National Dance Company of Wales
'Phantom of Us', 'B/olero & Black Milk', 'The Grammar of Silence'
by David Mead
May 4, 2012-- Curve, Leicester, UK
The National Dance Company of Wales has an impressive record of acquiring works from noted overseas choreographers. Its latest programme is no exception, bringing together pieces by in demand Israeli dance-makers Ohad Naharin and Itzik Galili, with one by emerging choreographer and company dancer Eleesha Drennan. All round the company looked on great form, with high production values and quality dance throughout.
In “Phantoms of Us”, Eleesha Drennan considers the search for human individuality. There is something of a tribal feel to matters, emphasised by the prehistoric cave painting images that are projected onto the backcloth. Angharad Spencer’s skin-tight, skin-coloured body suits make the dancers appear naked and vulnerable, humanoid but somewhat androgynous. As the dancers step forward from the drawings they are like spirits searching for an identity. “Phantoms” is a thoughtful piece with some impressive solos spliced in with well-structured ensemble sections. Much of the dance is very grounded with lots of deep plies and pulsing through the body as the performers faint and support each other. Drennan clearly has talent and is definitely one to watch.
Ohad Naharin’s “B/olero & Black Milk” is a work in two very distinct parts, so distinct in fact that any connection was totally lost on me. Ravel’s “Bolero” has always been one of those pieces of music choreographers feel compelled to try to work with, but with which few succeed. Naharin escapes the problematic power of the score by using a shortened synthesised version. His choreography for two women, danced here by Lee Johnston and Eleesha Drennan, is a bit like watching a minimalist score come to life with its machine-like repetition, interspersed with moments of variation and counterpoint, but not enough to hold the interest.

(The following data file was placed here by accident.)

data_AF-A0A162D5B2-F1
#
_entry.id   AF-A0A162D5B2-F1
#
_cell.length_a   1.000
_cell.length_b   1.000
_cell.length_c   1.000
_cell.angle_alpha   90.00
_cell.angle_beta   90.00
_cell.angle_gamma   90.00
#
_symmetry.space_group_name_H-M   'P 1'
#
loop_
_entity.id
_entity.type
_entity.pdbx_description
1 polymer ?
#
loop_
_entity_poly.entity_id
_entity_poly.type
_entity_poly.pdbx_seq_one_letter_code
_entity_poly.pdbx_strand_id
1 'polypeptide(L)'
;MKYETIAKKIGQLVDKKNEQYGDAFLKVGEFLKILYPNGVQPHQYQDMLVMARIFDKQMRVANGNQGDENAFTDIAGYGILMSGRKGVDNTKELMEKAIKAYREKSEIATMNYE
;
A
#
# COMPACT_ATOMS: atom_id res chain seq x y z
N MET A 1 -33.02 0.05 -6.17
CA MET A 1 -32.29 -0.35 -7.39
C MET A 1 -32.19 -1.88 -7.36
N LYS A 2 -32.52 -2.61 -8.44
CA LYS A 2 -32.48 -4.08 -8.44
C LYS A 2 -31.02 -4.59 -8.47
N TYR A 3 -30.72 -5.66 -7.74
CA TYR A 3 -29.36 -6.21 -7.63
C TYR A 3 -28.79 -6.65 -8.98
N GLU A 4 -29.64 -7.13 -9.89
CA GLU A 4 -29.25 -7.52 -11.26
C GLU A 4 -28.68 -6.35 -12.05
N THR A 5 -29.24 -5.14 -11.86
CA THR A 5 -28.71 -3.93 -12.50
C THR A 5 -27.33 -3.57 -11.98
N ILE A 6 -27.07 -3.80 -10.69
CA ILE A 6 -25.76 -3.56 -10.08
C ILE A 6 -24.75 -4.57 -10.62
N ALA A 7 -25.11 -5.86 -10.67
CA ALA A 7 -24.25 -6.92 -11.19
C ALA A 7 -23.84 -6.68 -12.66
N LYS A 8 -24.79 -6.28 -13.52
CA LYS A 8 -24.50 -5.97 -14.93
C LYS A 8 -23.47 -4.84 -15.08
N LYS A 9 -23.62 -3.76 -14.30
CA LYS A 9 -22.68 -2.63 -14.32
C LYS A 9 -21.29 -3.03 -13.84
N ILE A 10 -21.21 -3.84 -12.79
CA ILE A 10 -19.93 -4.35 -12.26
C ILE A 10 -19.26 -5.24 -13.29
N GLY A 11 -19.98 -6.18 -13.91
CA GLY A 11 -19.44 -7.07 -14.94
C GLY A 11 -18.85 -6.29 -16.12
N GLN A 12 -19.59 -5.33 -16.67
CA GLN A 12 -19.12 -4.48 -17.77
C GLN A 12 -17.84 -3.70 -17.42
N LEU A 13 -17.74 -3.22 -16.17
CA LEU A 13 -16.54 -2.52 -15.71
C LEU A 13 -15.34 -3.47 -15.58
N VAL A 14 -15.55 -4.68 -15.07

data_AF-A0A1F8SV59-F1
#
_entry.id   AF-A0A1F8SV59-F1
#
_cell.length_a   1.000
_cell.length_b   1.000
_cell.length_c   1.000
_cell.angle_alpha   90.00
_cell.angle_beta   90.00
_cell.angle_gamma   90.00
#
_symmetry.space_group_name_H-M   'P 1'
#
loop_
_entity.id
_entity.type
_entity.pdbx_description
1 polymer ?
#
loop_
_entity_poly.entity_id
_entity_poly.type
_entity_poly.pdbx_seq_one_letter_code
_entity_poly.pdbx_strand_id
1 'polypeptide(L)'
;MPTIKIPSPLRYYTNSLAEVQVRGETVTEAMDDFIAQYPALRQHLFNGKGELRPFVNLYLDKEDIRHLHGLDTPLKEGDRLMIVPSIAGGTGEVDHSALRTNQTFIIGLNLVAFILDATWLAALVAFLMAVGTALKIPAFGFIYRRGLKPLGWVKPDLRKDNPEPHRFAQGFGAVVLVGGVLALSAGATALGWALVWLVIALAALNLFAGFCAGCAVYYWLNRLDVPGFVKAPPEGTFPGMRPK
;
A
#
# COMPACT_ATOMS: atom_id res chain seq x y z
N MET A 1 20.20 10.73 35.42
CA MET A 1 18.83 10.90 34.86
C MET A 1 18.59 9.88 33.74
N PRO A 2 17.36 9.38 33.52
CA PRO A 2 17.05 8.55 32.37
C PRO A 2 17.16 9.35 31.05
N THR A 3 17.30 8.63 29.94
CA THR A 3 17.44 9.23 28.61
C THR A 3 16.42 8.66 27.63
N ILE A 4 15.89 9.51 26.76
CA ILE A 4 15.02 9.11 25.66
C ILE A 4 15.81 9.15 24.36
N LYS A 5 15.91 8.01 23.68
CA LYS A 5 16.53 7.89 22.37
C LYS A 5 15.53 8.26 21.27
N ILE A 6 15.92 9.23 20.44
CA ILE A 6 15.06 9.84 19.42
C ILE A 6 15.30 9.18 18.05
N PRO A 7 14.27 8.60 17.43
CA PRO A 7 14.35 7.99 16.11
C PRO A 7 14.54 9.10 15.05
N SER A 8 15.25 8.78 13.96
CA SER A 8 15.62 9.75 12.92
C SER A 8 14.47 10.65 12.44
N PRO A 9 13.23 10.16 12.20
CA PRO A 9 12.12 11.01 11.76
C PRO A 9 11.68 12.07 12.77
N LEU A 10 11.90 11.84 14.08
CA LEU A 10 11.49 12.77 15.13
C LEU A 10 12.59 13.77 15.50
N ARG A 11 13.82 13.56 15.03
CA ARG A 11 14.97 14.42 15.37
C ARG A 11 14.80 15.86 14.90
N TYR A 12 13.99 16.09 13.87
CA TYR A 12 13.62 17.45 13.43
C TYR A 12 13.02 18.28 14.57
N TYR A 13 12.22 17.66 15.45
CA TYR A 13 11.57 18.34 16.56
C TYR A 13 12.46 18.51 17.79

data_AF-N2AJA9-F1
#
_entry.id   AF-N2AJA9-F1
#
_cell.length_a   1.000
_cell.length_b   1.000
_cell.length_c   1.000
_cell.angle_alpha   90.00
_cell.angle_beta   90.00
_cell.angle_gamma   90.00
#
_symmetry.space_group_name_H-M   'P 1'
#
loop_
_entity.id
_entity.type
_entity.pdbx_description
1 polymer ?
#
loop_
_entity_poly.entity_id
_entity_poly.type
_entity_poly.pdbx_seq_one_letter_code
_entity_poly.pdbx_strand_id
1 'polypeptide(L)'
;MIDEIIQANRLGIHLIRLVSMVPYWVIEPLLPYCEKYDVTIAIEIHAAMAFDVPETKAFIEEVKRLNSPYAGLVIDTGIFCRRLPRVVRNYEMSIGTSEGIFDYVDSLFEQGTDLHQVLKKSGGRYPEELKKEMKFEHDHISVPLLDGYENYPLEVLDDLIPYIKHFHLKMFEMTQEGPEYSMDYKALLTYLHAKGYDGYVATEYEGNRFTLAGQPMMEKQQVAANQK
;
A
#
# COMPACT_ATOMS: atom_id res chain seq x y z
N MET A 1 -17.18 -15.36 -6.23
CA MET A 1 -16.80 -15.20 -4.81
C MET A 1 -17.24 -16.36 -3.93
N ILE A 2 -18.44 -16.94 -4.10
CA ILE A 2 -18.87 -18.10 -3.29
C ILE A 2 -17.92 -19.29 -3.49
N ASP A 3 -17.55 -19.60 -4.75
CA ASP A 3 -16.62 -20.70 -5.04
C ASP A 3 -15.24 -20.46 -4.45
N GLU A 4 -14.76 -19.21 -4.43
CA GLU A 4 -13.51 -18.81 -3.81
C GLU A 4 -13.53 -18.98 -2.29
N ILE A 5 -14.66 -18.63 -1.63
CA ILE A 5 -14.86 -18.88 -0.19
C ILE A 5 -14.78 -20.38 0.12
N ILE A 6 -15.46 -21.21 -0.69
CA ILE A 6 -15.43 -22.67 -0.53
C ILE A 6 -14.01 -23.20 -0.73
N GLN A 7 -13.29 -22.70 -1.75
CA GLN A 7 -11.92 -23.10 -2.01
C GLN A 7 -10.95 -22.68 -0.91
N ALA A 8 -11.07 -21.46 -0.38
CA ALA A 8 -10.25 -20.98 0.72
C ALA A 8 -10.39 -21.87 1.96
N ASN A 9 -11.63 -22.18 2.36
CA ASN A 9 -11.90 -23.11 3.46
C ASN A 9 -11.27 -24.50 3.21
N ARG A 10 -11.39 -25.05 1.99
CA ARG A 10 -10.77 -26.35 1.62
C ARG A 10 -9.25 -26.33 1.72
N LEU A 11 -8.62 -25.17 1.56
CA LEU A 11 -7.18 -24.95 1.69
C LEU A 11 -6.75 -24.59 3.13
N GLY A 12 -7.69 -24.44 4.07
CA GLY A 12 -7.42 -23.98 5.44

The “Black Milk” half of the piece took us back to a tribal mood. After a slow start, in which the all male cast ritually smeared watery black mud on their faces as if preparing for a ritual, it bursts into life. The dance is a maelstrom of aggressive energy as the dancers leap and turn, running to all corners of the stage, devouring the space. Whirling, smooth turns are punctuated by sharp changes of direction and exciting leaps. It is as if something has taken charge of their bodies. Eventually one of the dancers frantically washes the mud off in an attempt to free himself from this unseen force. The others continue, turning on him, before it ends rather suddenly, and without any real conclusion.
Itzik Galili has become a regular collaborator with the company, “The Grammar of Silence” being his third work for them. A driving score featuring music by Gavin Bryars, Aaron Jay Kernis and Peter Sculthorpe is matched by percussive, powerful and emotionally charged dance. At the centre of the piece is a tense duet, danced here by Annabeth Berekely and Gareth Mole. I’m not sure if the relationship is coming to an end, but there certainly seems to have been an argument. He wants to make up, she does not. The dance is most tactile. He gently places his hand against her face, caressing her. He tries again and again, but every attempt at tenderness is pushed away as she rejects him. It’s something you can imagine it happening in real life, the couple really not talking as the scene plays out.